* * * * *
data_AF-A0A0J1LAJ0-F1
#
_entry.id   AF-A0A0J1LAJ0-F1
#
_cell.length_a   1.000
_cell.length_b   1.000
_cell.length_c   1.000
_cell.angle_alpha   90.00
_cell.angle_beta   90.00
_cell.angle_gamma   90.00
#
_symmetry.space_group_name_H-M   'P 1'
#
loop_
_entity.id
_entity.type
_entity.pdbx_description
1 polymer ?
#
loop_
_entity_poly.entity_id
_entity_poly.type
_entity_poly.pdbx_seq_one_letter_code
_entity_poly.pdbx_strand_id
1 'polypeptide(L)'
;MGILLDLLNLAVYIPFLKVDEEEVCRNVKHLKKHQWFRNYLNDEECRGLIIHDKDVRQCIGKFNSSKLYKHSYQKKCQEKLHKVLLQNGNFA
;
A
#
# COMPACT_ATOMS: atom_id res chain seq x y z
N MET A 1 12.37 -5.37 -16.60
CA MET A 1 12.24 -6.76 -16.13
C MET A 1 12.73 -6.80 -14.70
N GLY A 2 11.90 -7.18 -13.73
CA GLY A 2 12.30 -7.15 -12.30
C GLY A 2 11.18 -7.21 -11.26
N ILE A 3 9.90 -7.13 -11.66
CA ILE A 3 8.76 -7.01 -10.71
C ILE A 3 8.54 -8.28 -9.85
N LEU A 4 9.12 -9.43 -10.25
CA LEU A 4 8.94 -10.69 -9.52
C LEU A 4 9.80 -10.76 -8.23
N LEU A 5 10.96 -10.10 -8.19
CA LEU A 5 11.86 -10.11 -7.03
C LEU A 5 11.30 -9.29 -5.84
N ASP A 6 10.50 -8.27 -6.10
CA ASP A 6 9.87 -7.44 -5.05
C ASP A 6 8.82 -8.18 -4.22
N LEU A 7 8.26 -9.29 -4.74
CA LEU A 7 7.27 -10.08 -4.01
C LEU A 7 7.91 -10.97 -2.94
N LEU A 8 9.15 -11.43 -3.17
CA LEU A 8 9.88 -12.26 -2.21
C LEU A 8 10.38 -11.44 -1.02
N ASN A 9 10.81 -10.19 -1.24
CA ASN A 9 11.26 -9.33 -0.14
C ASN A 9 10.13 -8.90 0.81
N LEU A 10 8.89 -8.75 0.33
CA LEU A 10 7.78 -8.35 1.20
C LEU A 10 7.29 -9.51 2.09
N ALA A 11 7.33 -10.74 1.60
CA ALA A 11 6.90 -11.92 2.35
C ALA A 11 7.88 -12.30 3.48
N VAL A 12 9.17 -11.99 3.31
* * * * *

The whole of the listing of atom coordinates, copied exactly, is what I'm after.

data_AF-A0A0J1LAJ0-F1
#
_entry.id   AF-A0A0J1LAJ0-F1
#
_cell.length_a   1.000
_cell.length_b   1.000
_cell.length_c   1.000
_cell.angle_alpha   90.00
_cell.angle_beta   90.00
_cell.angle_gamma   90.00
#
_symmetry.space_group_name_H-M   'P 1'
#
loop_
_entity.id
_entity.type
_entity.pdbx_description
1 polymer ?
#
loop_
_entity_poly.entity_id
_entity_poly.type
_entity_poly.pdbx_seq_one_letter_code
_entity_poly.pdbx_strand_id
1 'polypeptide(L)'
;MGILLDLLNLAVYIPFLKVDEEEVCRNVKHLKKHQWFRNYLNDEECRGLIIHDKDVRQCIGKFNSSKLYKHSYQKKCQEKLHKVLLQNGNFA
;
A
#
# COMPACT_ATOMS: atom_id res chain seq x y z
N MET A 1 12.37 -5.37 -16.60
CA MET A 1 12.24 -6.76 -16.13
C MET A 1 12.73 -6.80 -14.70
N GLY A 2 11.90 -7.18 -13.73
CA GLY A 2 12.30 -7.15 -12.30
C GLY A 2 11.18 -7.21 -11.26
N ILE A 3 9.90 -7.13 -11.66
CA ILE A 3 8.76 -7.01 -10.71
C ILE A 3 8.54 -8.28 -9.85
N LEU A 4 9.12 -9.43 -10.25
CA LEU A 4 8.94 -10.69 -9.52
C LEU A 4 9.80 -10.76 -8.23
N LEU A 5 10.96 -10.10 -8.19
CA LEU A 5 11.86 -10.11 -7.03
C LEU A 5 11.30 -9.29 -5.84
N ASP A 6 10.50 -8.27 -6.10
CA ASP A 6 9.87 -7.44 -5.05
C ASP A 6 8.82 -8.18 -4.22
N LEU A 7 8.26 -9.29 -4.74
CA LEU A 7 7.27 -10.08 -4.01
C LEU A 7 7.91 -10.97 -2.94
N LEU A 8 9.15 -11.43 -3.17
CA LEU A 8 9.88 -12.26 -2.21
C LEU A 8 10.38 -11.44 -1.02
N ASN A 9 10.81 -10.19 -1.24
CA ASN A 9 11.26 -9.33 -0.14
C ASN A 9 10.13 -8.90 0.81
N LEU A 10 8.89 -8.75 0.33
CA LEU A 10 7.78 -8.35 1.20
C LEU A 10 7.29 -9.51 2.09
N ALA A 11 7.33 -10.74 1.60
CA ALA A 11 6.90 -11.92 2.35
C ALA A 11 7.88 -12.30 3.48
N VAL A 12 9.17 -11.99 3.31